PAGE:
STA graduate Roshini Erlapasamy was in the midst of her engineering course in Ngee Ann Poly when she decided to switch to RP’s Design for User Experience diploma course
By Chong Jun Xi, Damian
When Roshini Erlapasamy enrolled in Ngee Ann Polytechnic’s Diploma in Marine & Offshore Technology (MOT) course in 2017, she had the impression that it was similar to the Design & Technology (D&T) in secondary schools.
Roshini, 21, recalled: “I saw the course structure and I was very interested in the third-year specialisation (track) which was designing ships. But I did not think through thoroughly and carelessly signed up for the course.”
While she struggled with the engineering modules, she excelled in the design subjects. That prompted her to rethink her choice of diploma course.
She said: “I very quickly realised that I did not like the engineering part of the course, I liked the designing and the hands-on modules of the course, which I did well in.”
Making the switch
After one semester at Ngee Ann Polytechnic with a Grade Point Average (GPA) of 2.10, Roshini decided to make the bold move.
She started researching design courses to enrol in following academic year. Republic Polytechnic’s (RP) Design for User Experience (DDUX) in the School of Technology for the Arts (STA) caught her eye as it provides a good mixture of both product design and user experience design modules.
However, switching to RP’s DDUX was a giant step for Roshini.
“There was fear while waiting for my acceptance. What if I can’t keep up? What if I realise that I don’t want to do design and change course again? It was very scary to change courses,” she said.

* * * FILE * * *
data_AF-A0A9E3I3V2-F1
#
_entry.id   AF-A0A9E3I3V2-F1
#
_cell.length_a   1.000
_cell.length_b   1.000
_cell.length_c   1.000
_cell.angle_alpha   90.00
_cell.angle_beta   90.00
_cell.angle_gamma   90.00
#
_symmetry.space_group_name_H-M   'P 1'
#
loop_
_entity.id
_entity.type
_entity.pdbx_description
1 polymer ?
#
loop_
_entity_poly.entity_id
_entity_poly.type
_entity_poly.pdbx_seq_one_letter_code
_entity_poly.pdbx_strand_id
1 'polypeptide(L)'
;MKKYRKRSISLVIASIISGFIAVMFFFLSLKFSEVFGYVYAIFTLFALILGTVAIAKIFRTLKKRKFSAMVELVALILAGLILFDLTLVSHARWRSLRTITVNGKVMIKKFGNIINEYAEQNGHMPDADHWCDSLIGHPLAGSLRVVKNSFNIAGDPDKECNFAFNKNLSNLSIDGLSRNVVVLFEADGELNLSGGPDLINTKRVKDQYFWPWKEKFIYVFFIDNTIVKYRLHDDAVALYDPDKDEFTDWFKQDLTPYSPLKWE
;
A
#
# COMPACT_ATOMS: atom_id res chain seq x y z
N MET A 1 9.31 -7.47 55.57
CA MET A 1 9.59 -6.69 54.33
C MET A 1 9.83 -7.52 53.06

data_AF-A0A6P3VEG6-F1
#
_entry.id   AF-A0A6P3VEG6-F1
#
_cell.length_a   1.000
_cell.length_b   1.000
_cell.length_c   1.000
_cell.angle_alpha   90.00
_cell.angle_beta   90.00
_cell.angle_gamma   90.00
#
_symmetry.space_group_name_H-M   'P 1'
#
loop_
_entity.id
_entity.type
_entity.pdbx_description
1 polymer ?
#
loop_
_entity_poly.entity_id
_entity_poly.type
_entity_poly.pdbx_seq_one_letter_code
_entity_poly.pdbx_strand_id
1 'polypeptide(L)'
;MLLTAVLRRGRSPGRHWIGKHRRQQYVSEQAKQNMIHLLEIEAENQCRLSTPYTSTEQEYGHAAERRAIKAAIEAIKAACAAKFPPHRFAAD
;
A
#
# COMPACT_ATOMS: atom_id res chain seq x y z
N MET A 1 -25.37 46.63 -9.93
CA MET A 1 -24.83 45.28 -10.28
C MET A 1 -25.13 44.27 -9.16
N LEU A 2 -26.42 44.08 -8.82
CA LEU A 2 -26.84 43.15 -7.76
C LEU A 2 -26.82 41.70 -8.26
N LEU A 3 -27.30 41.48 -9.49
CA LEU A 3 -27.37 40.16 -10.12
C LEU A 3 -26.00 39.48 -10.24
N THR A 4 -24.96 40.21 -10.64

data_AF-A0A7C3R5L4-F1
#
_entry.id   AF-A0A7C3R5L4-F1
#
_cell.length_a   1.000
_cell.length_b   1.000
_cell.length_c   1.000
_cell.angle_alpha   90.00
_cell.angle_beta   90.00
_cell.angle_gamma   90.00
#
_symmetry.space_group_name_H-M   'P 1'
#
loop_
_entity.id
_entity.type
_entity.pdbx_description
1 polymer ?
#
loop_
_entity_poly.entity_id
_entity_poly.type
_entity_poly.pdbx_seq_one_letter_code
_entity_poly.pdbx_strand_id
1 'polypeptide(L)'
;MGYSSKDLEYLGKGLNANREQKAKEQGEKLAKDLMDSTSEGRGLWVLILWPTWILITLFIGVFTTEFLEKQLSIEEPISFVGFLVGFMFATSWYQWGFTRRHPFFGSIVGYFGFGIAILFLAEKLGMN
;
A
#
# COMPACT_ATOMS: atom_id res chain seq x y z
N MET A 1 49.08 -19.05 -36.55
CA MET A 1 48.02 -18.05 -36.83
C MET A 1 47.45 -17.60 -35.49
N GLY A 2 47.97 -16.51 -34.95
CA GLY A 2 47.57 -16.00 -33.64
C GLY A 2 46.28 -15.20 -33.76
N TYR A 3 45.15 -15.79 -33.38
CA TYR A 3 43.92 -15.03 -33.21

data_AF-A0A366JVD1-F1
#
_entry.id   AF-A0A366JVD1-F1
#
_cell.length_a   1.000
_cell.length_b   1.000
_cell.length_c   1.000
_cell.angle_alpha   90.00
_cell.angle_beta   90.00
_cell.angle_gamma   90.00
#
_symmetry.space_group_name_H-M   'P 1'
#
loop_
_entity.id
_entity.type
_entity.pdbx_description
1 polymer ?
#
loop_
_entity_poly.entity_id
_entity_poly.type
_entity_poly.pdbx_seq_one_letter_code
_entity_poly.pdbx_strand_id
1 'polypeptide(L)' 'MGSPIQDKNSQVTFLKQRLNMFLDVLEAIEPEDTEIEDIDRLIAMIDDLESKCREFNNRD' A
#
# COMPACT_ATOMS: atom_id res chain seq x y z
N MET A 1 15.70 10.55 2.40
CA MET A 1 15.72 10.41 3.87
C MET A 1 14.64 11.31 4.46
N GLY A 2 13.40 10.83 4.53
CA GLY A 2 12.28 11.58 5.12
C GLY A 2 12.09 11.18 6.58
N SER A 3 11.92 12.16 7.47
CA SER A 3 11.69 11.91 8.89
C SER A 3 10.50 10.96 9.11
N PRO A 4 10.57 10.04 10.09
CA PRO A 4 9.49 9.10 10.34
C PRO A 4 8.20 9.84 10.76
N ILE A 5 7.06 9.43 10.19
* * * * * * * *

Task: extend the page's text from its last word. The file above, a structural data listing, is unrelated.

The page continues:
Her fears were unfounded as she blended very well with the culture in RP. She enjoyed the problem-based learning (PBL) system where she could immediately apply her knowledge to real-life industry problems. Roshini was awarded module prizes and the Director’s Roll of Honour for four consecutive semesters. She was surprised as she did not expect to be inducted into the Director’s Roll of Honour in her first semester. However, that spurred her to work even harder in following semesters. “There is, of course, pressure to keep up with your GPA, when you see your name on the Director’s Roll. Even your friends think you are special because you’re on the list. Somehow you just have to keep up,” said Roshini.
Grateful to lecturers
Roshini credited her academic success to a few lecturers of STA, namely, Mr Christopher Ong, Mr Garion Goh, and Ms Murie Chow. She thanked these lecturers for giving her many opportunities, guiding her, and moulding her character during her study in RP.
Ms Murie Chow, the acting assistant programme chair of Design for User Experience, said that Roshini displayed a “quiet confidence”, which she believed to have contributed to Roshini’s achievements today.
“Roshini is a student who knows what she wants, and when she sets her mind on something she would put in her best to achieve the goal. I think that she can relax a little and be playful once in a while,” said Ms Chow.
Currently, Roshini is awaiting her university acceptance at Singapore Institute of Technology (SIT).
Change before it’s too late
Roshini urges students who are thinking of changing courses to take the leap of faith and venture into a course they prefer. She thinks that it would be very miserable to study something you have no interest in for three years.
“If you graduate with a bad GPA, you cannot get into university and you’re stuck with a diploma you don’t want to use. Even if you have a good GPA and you wish to switch courses in university, it’s very difficult because you are stuck with people who already have three years of experience. You will be very lost,” she said.
She also advised current DDUX students to work hard for their first semester in RP and avoid being distracted by the fun culture in RP.
“I will miss the culture, my lecturers and my friends. The three years here have been really good, I’ve never regretted changing my course,” said Roshini.
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